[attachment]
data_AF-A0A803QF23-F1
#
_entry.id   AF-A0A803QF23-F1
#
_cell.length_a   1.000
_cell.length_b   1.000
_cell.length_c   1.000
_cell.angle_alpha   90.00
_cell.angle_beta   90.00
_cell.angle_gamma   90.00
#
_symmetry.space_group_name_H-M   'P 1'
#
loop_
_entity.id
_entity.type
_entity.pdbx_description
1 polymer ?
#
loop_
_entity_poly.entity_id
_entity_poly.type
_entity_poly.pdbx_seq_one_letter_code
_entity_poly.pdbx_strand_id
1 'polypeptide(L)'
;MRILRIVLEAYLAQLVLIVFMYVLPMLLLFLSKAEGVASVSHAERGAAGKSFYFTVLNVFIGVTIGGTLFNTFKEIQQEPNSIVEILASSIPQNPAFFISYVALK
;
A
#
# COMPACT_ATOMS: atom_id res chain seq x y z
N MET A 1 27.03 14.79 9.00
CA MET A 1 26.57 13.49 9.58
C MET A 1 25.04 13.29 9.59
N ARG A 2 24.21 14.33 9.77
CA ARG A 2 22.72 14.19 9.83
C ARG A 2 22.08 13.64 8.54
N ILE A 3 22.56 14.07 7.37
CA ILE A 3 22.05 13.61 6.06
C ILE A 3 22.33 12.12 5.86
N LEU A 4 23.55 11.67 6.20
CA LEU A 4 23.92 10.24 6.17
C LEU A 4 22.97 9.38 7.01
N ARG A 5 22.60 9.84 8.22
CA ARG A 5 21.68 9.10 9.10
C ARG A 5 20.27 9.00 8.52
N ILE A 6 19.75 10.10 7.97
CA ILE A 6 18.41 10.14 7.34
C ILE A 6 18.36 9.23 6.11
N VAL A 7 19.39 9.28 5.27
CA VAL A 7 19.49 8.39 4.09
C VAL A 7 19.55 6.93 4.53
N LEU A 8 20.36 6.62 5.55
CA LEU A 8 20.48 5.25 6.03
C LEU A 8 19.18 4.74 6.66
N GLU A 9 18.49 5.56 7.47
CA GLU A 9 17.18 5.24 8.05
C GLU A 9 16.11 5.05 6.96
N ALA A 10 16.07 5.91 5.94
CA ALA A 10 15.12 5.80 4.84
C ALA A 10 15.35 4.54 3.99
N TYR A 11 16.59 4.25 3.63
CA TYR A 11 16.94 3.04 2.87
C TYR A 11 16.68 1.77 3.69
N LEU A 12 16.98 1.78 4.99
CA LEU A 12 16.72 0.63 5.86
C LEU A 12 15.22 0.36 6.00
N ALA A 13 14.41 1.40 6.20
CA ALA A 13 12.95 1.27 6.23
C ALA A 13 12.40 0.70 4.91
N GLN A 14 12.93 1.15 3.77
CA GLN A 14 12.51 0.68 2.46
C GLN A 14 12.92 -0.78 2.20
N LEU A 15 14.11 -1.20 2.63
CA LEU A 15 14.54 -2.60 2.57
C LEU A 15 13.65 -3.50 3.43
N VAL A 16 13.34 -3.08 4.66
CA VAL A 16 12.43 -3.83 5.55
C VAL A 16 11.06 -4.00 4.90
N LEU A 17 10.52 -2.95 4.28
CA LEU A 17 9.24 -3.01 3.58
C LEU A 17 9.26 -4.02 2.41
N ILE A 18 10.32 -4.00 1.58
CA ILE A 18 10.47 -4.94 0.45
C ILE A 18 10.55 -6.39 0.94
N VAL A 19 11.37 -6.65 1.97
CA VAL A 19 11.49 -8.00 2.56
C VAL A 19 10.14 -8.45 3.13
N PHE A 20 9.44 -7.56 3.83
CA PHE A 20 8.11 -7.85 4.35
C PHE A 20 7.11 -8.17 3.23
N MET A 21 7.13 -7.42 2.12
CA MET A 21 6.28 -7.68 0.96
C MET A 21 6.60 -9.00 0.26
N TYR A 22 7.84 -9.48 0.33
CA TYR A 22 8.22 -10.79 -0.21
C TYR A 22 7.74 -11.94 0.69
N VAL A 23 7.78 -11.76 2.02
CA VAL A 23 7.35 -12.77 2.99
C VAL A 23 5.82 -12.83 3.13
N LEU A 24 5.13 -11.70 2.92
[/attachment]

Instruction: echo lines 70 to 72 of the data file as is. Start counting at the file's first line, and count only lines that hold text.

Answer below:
N GLN A 14 12.93 1.15 3.77
CA GLN A 14 12.51 0.68 2.46
C GLN A 14 12.92 -0.78 2.20